Discover the cosmos! Each day a different image or photograph of our fascinating universe is featured, along with a brief explanation written by a professional astronomer.
2007 December 10
Explanation: What powers the solar wind? Our Sun is known to emit a powerful wind of particles with gusts that can even affect astronauts and satellites orbiting Earth. The cause of the solar wind has been debated for decades but is thought to be rooted in Alfvén waves generated by the ever changing magnetic field of the Sun. Newly released images from the Japanese Hinode satellite appear to bolster this hypothesis, imaging an average of 240 daily plasma jets that are excellent candidates to fuel the outwardly moving Alfvén waves. The jets and waves are themselves ultimately created by magnetic reconnection events, rapid events where lines of constant magnetic field suddenly move extremely rapidly, dragging electrons and protons along with them. On the image left, one such jet is visible in X-ray light. Bright spots show relatively energetic regions elsewhere on the Sun.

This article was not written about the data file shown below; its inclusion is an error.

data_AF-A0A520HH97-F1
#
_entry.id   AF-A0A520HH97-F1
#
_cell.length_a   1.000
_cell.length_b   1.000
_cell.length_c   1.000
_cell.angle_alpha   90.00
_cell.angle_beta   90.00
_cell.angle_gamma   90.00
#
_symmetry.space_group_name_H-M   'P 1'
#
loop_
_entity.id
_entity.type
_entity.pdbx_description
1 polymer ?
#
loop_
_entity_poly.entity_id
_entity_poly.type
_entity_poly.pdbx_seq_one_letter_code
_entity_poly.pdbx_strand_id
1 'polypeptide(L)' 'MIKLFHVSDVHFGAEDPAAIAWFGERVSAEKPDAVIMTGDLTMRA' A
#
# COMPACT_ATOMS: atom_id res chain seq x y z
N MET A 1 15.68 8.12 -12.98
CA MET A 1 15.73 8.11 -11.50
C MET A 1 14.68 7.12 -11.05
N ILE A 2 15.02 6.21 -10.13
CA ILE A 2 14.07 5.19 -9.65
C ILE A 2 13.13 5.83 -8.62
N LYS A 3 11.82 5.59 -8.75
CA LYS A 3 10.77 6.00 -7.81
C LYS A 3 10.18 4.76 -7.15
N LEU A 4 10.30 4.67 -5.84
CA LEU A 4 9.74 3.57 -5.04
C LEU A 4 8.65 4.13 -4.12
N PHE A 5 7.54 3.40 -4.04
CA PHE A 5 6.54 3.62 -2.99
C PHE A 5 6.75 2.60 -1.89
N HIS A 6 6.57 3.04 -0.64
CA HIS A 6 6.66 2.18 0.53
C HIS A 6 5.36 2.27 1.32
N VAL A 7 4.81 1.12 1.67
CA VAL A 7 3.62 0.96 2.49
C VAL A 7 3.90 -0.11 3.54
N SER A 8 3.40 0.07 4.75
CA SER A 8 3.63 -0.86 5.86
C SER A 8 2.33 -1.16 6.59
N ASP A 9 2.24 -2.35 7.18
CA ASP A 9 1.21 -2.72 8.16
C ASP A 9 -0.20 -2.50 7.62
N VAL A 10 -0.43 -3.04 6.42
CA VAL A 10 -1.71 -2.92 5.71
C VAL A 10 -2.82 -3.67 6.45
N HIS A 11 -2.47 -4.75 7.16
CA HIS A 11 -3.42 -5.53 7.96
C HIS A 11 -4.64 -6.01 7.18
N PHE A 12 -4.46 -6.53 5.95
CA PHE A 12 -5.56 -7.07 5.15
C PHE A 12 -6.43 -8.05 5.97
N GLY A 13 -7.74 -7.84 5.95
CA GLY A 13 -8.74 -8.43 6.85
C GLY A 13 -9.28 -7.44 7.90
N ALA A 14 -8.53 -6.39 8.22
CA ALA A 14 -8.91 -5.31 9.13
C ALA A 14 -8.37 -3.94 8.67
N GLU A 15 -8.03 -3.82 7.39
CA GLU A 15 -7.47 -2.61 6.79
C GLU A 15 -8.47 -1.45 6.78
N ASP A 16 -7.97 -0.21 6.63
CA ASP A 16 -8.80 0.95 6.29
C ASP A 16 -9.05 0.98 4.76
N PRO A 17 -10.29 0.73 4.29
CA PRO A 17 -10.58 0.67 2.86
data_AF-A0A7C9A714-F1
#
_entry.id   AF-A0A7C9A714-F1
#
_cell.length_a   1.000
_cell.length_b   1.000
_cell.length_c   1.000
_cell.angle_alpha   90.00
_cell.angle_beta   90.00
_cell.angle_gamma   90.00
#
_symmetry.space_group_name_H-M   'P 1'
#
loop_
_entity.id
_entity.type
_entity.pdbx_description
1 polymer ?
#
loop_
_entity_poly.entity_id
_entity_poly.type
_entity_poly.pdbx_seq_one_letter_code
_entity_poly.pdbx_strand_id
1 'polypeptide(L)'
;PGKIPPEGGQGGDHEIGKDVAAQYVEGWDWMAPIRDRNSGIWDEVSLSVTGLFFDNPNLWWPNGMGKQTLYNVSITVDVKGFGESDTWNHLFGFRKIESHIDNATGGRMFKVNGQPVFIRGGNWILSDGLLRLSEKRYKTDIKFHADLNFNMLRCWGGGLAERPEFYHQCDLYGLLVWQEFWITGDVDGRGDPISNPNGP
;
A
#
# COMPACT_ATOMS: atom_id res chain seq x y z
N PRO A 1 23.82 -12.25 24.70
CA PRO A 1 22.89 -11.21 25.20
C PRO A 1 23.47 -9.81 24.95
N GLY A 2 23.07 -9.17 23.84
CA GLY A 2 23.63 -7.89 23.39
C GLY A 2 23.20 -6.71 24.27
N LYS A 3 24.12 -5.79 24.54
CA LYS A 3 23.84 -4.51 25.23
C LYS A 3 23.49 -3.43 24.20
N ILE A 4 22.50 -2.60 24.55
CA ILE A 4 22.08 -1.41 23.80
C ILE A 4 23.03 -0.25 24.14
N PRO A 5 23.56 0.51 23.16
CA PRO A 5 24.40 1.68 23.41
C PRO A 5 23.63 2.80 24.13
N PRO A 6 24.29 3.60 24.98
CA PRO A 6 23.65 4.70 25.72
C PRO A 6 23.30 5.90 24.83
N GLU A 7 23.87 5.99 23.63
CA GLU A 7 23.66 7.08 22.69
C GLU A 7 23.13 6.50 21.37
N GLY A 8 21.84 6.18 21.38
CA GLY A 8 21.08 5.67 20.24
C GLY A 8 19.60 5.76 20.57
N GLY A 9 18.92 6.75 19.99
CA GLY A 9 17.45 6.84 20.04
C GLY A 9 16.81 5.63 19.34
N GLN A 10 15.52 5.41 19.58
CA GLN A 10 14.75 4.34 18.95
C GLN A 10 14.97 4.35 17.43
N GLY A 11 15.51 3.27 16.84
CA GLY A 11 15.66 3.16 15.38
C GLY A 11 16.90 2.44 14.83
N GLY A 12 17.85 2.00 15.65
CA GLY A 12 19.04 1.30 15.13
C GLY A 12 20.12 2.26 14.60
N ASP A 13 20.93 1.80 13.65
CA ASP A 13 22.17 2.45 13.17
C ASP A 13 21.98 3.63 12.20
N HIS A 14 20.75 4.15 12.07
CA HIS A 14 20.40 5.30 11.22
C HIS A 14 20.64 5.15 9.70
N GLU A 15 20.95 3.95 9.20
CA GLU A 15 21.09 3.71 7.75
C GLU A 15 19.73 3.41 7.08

Authors & editors:
Jerry Bonnell (UMCP)
NASA Official: Phillip Newman Specific rights apply.
A service of: ASD at NASA / GSFC
& Michigan Tech. U.